Food Cravings – Could you be in need of magnesium?
Have you ever wondered why you experience excessive hunger pangs even when you have just eaten a meal or wondered what your food cravings really mean? Scientists are continually uncovering the physiological and psychological mechanisms that trigger cravings and their role in weight gain, hormone balance, mood and energy.
Hunger pangs - are you actually thirsty?
Most of us safely assume that our body is capable of giving us pretty accurate signals for the bare essentials of what we need to acquire. If we are running low on energy then a complex cascade of signalling in which the brain initiates feelings of hunger occur so you can search out food and top up on energy. But what about the signals for hydrating the body? After all these should be pretty important considering the body is made up of around 60% water! The body has a very high demand for water because it’s used in so many areas of the body. Water forms the basis of many body fluids – blood, digestive juices, protective mucus and cellular fluid both within the cells and the fluid that bathes the outside of the cells.
Surely, it’s simple - if you feel hungry you should eat and if you feel thirsty you should drink, right? Well, according to scientists it’s not always that simple. For some people, when under stressful conditions, the brain can confuse the signalling for thirst with signalling for hunger. So, if you are constantly hungry or experience hunger pangs even when you know you are full, then it could be that you’re actually thirsty.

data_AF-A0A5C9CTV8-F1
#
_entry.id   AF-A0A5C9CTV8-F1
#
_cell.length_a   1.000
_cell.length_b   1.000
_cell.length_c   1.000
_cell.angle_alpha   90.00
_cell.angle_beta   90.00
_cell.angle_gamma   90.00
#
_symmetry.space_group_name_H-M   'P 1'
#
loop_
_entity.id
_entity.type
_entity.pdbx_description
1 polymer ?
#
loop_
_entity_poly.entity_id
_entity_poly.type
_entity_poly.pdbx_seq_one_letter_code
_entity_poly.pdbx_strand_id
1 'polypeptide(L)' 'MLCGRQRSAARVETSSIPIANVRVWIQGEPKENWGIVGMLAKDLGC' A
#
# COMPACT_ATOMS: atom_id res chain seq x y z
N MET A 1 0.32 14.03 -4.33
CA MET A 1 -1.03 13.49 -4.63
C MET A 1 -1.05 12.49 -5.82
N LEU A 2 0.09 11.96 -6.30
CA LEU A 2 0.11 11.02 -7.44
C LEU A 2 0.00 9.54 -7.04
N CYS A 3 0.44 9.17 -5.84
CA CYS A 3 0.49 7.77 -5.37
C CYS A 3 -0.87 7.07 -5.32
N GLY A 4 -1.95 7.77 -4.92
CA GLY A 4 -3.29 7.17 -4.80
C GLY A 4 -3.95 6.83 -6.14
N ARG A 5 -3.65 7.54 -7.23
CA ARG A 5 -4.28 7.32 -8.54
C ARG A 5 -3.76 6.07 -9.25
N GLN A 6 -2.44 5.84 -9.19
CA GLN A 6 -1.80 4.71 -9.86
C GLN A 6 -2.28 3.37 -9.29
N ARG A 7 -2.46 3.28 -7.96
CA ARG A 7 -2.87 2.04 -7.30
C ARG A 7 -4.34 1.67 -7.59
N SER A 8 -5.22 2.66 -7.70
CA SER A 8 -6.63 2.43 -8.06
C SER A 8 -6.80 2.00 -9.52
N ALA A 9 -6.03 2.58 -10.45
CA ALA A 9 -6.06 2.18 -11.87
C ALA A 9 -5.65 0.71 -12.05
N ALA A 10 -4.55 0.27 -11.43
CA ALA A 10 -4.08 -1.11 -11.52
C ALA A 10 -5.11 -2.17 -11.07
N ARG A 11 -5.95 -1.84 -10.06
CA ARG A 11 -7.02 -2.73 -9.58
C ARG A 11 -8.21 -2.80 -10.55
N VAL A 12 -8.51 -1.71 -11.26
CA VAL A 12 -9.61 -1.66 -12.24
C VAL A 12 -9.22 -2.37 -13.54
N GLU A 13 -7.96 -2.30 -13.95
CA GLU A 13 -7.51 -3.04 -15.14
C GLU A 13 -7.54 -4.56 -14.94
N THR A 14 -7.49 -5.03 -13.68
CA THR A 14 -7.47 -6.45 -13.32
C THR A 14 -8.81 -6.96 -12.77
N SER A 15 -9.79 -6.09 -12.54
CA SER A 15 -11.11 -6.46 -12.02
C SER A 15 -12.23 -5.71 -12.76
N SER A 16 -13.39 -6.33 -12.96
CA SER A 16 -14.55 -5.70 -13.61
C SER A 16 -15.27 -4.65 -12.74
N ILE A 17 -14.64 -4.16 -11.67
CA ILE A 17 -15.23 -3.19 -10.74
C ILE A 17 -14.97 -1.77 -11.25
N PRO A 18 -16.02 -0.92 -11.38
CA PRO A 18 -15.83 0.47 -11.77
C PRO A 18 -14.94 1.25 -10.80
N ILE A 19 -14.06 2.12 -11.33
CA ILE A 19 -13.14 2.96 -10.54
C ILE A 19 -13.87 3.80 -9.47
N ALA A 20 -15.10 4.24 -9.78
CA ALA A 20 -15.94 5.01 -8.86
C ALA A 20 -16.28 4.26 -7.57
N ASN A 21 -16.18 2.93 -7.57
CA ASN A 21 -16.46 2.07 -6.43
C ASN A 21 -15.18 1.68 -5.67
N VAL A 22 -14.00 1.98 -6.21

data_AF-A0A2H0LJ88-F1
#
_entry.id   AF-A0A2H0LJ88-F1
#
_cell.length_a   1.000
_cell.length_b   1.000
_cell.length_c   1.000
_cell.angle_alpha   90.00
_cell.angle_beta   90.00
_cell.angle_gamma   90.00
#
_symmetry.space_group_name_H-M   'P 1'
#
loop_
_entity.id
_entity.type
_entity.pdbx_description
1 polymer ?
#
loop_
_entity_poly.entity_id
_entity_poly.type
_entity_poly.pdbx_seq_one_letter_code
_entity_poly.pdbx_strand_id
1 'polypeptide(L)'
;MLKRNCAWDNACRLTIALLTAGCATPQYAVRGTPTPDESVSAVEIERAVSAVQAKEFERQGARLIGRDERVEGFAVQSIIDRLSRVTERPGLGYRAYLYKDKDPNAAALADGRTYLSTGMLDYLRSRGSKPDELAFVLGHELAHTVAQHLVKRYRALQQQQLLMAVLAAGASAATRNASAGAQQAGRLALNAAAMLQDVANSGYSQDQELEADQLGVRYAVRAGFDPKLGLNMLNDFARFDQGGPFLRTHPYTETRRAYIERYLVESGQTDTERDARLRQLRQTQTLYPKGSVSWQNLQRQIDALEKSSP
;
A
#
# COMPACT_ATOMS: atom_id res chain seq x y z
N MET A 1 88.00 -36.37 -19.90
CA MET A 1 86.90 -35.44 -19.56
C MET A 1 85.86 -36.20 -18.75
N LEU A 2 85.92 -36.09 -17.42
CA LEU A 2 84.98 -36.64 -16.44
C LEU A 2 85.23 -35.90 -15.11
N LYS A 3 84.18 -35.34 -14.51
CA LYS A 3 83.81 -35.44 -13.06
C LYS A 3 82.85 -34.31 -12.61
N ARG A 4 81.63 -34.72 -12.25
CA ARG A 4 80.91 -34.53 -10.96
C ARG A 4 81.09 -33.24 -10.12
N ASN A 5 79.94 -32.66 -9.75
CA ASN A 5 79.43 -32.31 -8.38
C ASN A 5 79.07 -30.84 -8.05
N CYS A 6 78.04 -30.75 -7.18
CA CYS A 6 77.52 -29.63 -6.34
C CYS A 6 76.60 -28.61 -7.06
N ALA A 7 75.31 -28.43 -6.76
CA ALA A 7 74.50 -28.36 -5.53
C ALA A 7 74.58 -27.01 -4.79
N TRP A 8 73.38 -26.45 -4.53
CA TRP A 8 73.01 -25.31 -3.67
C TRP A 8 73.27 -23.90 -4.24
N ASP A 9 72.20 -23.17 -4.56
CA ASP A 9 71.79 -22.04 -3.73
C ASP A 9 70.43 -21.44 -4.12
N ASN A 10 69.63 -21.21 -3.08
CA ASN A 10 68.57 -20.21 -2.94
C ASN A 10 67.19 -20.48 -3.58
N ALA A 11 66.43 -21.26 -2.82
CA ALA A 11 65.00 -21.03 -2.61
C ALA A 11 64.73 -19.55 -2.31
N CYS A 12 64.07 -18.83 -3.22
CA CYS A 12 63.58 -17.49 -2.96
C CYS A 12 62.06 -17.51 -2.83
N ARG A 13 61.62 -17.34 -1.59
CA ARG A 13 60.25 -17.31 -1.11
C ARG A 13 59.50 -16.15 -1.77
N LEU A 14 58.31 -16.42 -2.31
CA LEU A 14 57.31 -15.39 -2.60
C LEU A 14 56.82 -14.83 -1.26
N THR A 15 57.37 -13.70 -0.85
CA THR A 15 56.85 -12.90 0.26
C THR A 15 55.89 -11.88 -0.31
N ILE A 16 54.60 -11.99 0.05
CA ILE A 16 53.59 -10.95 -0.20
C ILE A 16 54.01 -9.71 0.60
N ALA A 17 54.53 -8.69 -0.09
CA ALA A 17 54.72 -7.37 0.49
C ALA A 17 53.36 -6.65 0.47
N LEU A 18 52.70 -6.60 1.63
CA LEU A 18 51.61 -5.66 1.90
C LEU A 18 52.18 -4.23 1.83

It’s electrolytes that help the body maintain water balance so if you are drinking more water but still experiencing hunger pangs then it could be that your electrolytes are out of balance. Too much sodium and not enough magnesium and potassium can make it hard for body cells to stay hydrated. Cutting back on salty foods and supplementing with liposomal Altrient Magnesium is a good way to help support electrolyte balance.
Craving salt – does your body need more minerals?
Although many of us have too much salt in our diet, cravings for salty foods are very common. Reasons for sodium deficiency include excessive sweating, high levels of stress, Addison’s disease, Bartter Syndrome or simply working in hot conditions. However, before you stick your hand in a large bag of crisps or pretzels or start grilling some bacon, take a moment to think about how you can flip the switch on your salty habits so you don’t end up with sky-high blood pressure or swollen ankles. If you think that you are under considerable stress – work, family, relationship or lifestyle – then exploring ways to support your adrenal glands and settle down your stress response is a good place to start. Magnesium, B-vitamins and vitamin C all help to support the normal functioning of the adrenal glands, so these nutrients are vital during times of stress. Researchers also believe that cravings for salty foods are the body’s way of signally for more minerals such as calcium, magnesium and potassium. These minerals are important to help support sodium and water balance within the body. Supplementing with liposomal Altrient Magnesium helps support resilience to stress whilst also building mineral status since magnesium aids calcium balance.
Chocolate cravings – are your hormones out of whack?